Speaking to the participants at the plenary session of the Pontifical Council for Promoting Christian Unity, Pope Benedict recalled that the primary goal of ecumenical dialogue remains the same: to reach one, single, visible Church.
“We live in a period of great change in almost all areas of life," said the Holy Father, “and we must not be surprised if this also impinges upon the life of the Church and on relations between Christians."
Nonetheless, he added, "the aim of the ecumenical movement remains unchanged: the visible unity of the Church.”
“The Second Vatican Council considered the re-establishment of full unity among all Christians as one of its principal concerns. It is also my concern," the Pope said. Recalling one of the halls in which Vatican Council II took place, "where the observer delegates from other Churches and ecclesial communities sat attentive, but in silence. Over subsequent decades, this image has given way to the reality of a Church in dialogue.”
“Silence, “he continued, “has been transformed into the word of communion. An enormous amount of work has been done at both the universal and local levels.”
“Fraternity among all Christians has been rediscovered and re-established as a condition for dialogue, cooperation, common prayer, and solidarity."
The Holy Father also recalled that “at the time of the Council, many of the venerated Eastern Churches were oppressed by dictatorial regimes.”
“Today they have regained their freedom and are committed to a wide-ranging process of reorganization and revitalization ... The eastern and western parts of Europe are coming closer together, and this encourages Churches to coordinate their efforts to safeguard the Christian tradition.”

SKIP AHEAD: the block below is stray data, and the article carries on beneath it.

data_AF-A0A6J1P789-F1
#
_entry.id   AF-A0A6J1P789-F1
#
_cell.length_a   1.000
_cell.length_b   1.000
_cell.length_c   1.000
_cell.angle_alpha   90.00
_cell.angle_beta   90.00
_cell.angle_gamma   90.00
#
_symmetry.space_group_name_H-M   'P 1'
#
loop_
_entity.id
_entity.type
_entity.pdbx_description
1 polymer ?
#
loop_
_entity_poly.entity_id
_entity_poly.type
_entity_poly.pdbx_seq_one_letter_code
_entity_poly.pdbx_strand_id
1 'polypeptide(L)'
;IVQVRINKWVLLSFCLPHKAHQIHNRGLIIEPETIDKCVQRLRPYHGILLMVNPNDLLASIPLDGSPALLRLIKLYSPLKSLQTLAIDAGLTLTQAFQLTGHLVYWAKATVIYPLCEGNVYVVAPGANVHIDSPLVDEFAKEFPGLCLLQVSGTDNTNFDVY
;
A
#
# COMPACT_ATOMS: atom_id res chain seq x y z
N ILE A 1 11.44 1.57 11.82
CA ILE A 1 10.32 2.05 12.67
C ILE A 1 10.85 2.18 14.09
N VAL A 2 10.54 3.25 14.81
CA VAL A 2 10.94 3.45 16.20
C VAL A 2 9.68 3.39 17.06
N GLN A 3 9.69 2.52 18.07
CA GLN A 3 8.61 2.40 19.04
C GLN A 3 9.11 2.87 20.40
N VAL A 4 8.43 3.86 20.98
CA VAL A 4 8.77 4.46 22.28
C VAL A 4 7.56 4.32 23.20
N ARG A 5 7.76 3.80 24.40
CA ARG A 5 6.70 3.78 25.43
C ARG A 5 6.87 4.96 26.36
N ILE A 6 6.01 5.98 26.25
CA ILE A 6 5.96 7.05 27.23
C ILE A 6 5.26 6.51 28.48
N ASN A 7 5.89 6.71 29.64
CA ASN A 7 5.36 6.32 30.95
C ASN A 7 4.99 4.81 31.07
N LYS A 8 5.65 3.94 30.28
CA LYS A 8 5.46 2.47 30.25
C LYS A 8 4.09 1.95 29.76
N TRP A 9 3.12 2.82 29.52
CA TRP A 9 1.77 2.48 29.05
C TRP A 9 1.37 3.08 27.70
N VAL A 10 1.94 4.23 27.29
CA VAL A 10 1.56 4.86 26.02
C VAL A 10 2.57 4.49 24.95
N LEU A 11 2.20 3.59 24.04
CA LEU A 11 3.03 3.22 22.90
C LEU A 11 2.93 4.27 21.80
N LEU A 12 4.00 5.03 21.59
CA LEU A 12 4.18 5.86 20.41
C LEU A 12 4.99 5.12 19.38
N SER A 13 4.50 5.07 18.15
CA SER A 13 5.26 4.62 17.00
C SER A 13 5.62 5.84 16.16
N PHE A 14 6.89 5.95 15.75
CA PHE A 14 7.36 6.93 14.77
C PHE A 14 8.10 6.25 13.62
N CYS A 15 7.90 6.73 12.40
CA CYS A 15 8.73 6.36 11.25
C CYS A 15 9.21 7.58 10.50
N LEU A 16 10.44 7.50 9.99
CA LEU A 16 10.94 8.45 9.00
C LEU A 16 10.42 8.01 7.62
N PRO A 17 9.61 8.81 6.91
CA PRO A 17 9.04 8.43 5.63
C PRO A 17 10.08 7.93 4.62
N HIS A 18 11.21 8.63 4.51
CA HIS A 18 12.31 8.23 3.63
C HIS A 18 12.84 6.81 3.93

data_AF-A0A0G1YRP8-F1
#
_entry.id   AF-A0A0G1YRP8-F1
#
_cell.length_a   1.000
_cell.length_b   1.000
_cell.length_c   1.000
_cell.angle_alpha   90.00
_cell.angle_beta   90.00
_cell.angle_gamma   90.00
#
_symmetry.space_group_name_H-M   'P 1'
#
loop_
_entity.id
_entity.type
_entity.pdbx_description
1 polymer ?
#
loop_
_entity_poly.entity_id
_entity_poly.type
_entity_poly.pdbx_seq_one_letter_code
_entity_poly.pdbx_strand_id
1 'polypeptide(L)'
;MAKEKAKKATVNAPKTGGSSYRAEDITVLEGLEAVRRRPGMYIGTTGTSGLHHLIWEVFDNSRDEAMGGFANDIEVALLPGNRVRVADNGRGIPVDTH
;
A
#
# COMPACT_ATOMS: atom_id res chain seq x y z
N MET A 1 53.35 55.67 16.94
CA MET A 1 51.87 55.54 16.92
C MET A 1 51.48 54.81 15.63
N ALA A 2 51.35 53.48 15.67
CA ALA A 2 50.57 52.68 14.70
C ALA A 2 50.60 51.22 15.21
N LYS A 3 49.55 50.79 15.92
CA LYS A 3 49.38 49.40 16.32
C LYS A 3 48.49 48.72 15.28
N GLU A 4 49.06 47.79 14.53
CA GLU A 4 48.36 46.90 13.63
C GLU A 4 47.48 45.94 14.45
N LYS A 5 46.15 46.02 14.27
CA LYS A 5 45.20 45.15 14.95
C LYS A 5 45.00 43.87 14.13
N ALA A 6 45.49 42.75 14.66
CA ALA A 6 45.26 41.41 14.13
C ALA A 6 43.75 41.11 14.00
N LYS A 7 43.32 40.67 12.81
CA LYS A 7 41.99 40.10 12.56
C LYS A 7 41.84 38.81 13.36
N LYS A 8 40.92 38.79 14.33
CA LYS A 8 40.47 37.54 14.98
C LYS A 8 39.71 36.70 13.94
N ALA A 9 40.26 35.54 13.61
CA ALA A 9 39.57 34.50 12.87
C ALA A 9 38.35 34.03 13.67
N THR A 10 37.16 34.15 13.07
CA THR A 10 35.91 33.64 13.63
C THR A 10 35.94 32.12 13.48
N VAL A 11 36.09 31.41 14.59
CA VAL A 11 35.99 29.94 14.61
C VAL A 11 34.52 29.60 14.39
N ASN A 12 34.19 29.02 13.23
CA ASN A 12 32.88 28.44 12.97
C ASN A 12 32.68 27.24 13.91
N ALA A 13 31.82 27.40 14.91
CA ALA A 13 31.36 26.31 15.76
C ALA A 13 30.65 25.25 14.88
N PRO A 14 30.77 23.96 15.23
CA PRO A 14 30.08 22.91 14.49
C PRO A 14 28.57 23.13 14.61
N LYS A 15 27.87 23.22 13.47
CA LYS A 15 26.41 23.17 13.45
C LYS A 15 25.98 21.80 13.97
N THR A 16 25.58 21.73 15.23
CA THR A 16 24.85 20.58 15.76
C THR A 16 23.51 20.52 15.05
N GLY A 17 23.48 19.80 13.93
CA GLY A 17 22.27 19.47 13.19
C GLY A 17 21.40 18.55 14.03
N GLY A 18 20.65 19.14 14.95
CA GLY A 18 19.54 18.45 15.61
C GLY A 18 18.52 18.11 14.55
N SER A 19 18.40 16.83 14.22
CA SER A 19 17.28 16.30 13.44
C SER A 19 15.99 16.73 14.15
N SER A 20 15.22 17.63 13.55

“Fortunately,” he added, "following a period of multiple difficulties, theological dialogue between the Catholic Church and the Orthodox Churches has taken on fresh impetus," while "bilateral, open and friendly" dialogue is making progress with the ecclesial communities of the West.
Pope Benedict, nevertheless, listed the still present obstacles, such as “the difficulty of finding a shared conception of the relationship between the Gospel and the Church, of the mystery of the Church and her unity, and of the question of ministry in the Church. New difficulties have arisen in the field of ethics and, as a consequence, the different standpoints taken by the Christian confessions on current problems have reduced their possibility of guiding public opinion."
"What must be promoted above all," the Pope concluded, "is the ecumenism of love, which descends directly from the new commandment left by Jesus to His disciples. Love accompanied by coherent acts generates trust ... Ecumenical formation must also be intensified, on the basis of the fundamentals of Christian faith, in other words from the announcement of the love of God which was revealed in the face of Jesus Christ."